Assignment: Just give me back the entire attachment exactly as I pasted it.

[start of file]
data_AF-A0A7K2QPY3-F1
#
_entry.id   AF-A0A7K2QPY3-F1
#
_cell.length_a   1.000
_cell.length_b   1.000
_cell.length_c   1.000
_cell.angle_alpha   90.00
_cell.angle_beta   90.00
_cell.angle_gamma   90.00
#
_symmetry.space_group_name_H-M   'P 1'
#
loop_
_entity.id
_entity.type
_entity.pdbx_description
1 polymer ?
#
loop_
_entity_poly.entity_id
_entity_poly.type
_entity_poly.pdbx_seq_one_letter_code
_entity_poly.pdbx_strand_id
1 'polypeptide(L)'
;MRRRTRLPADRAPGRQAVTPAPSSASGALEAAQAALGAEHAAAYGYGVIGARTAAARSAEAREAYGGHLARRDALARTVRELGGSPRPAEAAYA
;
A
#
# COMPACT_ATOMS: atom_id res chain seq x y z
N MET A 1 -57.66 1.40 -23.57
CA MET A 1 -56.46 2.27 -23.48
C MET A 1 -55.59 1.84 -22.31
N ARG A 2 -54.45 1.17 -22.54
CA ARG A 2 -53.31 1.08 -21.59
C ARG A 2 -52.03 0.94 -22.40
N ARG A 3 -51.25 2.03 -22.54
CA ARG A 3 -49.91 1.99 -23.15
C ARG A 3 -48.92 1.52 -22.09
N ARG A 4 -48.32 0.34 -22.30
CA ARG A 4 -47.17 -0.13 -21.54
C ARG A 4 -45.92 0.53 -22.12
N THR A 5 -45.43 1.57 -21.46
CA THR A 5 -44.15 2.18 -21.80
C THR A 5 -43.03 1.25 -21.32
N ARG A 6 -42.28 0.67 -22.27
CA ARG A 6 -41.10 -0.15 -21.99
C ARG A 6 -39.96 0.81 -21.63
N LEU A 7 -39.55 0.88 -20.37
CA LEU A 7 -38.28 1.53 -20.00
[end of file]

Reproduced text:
data_AF-A0A7K2QPY3-F1
#
_entry.id   AF-A0A7K2QPY3-F1
#
_cell.length_a   1.000
_cell.length_b   1.000
_cell.length_c   1.000
_cell.angle_alpha   90.00
_cell.angle_beta   90.00
_cell.angle_gamma   90.00
#
_symmetry.space_group_name_H-M   'P 1'
#
loop_
_entity.id
_entity.type
_entity.pdbx_description
1 polymer ?
#
loop_
_entity_poly.entity_id
_entity_poly.type
_entity_poly.pdbx_seq_one_letter_code
_entity_poly.pdbx_strand_id
1 'polypeptide(L)'
;MRRRTRLPADRAPGRQAVTPAPSSASGALEAAQAALGAEHAAAYGYGVIGARTAAARSAEAREAYGGHLARRDALARTVRELGGSPRPAEAAYA
;
A
#
# COMPACT_ATOMS: atom_id res chain seq x y z
N MET A 1 -57.66 1.40 -23.57
CA MET A 1 -56.46 2.27 -23.48
C MET A 1 -55.59 1.84 -22.31
N ARG A 2 -54.45 1.17 -22.54
CA ARG A 2 -53.31 1.08 -21.59
C ARG A 2 -52.03 0.94 -22.40
N ARG A 3 -51.25 2.03 -22.54
CA ARG A 3 -49.91 1.99 -23.15
C ARG A 3 -48.92 1.52 -22.09
N ARG A 4 -48.32 0.34 -22.30
CA ARG A 4 -47.17 -0.13 -21.54
C ARG A 4 -45.92 0.53 -22.12
N THR A 5 -45.43 1.57 -21.46
CA THR A 5 -44.15 2.18 -21.80
C THR A 5 -43.03 1.25 -21.32
N ARG A 6 -42.28 0.67 -22.27
CA ARG A 6 -41.10 -0.15 -21.99
C ARG A 6 -39.96 0.81 -21.63
N LEU A 7 -39.55 0.88 -20.37
CA LEU A 7 -38.28 1.53 -20.00